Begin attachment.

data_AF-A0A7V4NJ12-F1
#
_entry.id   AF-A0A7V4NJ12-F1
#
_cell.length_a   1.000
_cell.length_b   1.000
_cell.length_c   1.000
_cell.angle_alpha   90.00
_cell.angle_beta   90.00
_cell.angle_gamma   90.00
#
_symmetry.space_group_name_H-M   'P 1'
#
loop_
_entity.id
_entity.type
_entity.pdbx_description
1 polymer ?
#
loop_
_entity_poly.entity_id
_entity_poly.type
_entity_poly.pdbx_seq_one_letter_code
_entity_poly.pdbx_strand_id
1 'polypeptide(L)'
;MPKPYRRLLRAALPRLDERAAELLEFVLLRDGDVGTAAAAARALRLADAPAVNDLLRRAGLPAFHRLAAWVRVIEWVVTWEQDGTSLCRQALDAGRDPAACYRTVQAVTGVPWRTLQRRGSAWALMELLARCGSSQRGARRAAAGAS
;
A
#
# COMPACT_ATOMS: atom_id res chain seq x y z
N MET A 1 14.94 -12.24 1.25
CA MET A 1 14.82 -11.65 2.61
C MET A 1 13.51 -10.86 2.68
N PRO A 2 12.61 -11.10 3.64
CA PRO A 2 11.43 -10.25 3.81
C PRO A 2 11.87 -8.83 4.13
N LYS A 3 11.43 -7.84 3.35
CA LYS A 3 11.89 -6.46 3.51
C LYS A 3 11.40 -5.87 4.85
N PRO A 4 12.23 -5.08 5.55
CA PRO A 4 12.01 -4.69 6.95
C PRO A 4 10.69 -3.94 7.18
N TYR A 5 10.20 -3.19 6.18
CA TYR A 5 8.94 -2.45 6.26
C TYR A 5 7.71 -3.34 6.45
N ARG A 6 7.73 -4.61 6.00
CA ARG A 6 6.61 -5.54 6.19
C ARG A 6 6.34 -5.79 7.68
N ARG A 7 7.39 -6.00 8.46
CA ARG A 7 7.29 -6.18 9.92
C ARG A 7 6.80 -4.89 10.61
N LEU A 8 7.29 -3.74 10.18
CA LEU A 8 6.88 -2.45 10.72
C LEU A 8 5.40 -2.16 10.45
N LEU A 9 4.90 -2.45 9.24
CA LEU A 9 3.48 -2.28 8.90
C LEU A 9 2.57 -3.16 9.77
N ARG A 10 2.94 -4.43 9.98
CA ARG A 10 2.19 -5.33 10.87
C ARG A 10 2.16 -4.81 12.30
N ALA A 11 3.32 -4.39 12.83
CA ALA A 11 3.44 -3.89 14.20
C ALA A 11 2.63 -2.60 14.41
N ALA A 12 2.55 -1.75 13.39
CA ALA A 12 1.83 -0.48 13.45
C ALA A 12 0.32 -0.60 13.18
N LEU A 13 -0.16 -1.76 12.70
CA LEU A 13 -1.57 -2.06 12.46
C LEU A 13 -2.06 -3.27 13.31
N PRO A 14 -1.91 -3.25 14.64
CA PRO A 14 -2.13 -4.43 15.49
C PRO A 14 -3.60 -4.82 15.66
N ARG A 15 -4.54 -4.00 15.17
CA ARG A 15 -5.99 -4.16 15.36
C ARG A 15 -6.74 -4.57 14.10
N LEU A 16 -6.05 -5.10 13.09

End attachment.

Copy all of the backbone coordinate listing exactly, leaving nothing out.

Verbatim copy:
data_AF-A0A7V4NJ12-F1
#
_entry.id   AF-A0A7V4NJ12-F1
#
_cell.length_a   1.000
_cell.length_b   1.000
_cell.length_c   1.000
_cell.angle_alpha   90.00
_cell.angle_beta   90.00
_cell.angle_gamma   90.00
#
_symmetry.space_group_name_H-M   'P 1'
#
loop_
_entity.id
_entity.type
_entity.pdbx_description
1 polymer ?
#
loop_
_entity_poly.entity_id
_entity_poly.type
_entity_poly.pdbx_seq_one_letter_code
_entity_poly.pdbx_strand_id
1 'polypeptide(L)'
;MPKPYRRLLRAALPRLDERAAELLEFVLLRDGDVGTAAAAARALRLADAPAVNDLLRRAGLPAFHRLAAWVRVIEWVVTWEQDGTSLCRQALDAGRDPAACYRTVQAVTGVPWRTLQRRGSAWALMELLARCGSSQRGARRAAAGAS
;
A
#
# COMPACT_ATOMS: atom_id res chain seq x y z
N MET A 1 14.94 -12.24 1.25
CA MET A 1 14.82 -11.65 2.61
C MET A 1 13.51 -10.86 2.68
N PRO A 2 12.61 -11.10 3.64
CA PRO A 2 11.43 -10.25 3.81
C PRO A 2 11.87 -8.83 4.13
N LYS A 3 11.43 -7.84 3.35
CA LYS A 3 11.89 -6.46 3.51
C LYS A 3 11.40 -5.87 4.85
N PRO A 4 12.23 -5.08 5.55
CA PRO A 4 12.01 -4.69 6.95
C PRO A 4 10.69 -3.94 7.18
N TYR A 5 10.20 -3.19 6.18
CA TYR A 5 8.94 -2.45 6.26
C TYR A 5 7.71 -3.34 6.45
N ARG A 6 7.73 -4.61 6.00
CA ARG A 6 6.61 -5.54 6.19
C ARG A 6 6.34 -5.79 7.68
N ARG A 7 7.39 -6.00 8.46
CA ARG A 7 7.29 -6.18 9.92
C ARG A 7 6.80 -4.89 10.61
N LEU A 8 7.29 -3.74 10.18
CA LEU A 8 6.88 -2.45 10.72
C LEU A 8 5.40 -2.16 10.45
N LEU A 9 4.90 -2.45 9.24
CA LEU A 9 3.48 -2.28 8.90
C LEU A 9 2.57 -3.16 9.77
N ARG A 10 2.94 -4.43 9.98
CA ARG A 10 2.19 -5.33 10.87
C ARG A 10 2.16 -4.81 12.30
N ALA A 11 3.32 -4.39 12.83
CA ALA A 11 3.44 -3.89 14.20
C ALA A 11 2.63 -2.60 14.41
N ALA A 12 2.55 -1.75 13.39
CA ALA A 12 1.83 -0.48 13.45
C ALA A 12 0.32 -0.60 13.18
N LEU A 13 -0.16 -1.76 12.70
CA LEU A 13 -1.57 -2.06 12.46
C LEU A 13 -2.06 -3.27 13.31
N PRO A 14 -1.91 -3.25 14.64
CA PRO A 14 -2.13 -4.43 15.49
C PRO A 14 -3.60 -4.82 15.66
N ARG A 15 -4.54 -4.00 15.17
CA ARG A 15 -5.99 -4.16 15.36
C ARG A 15 -6.74 -4.57 14.10
N LEU A 16 -6.05 -5.10 13.09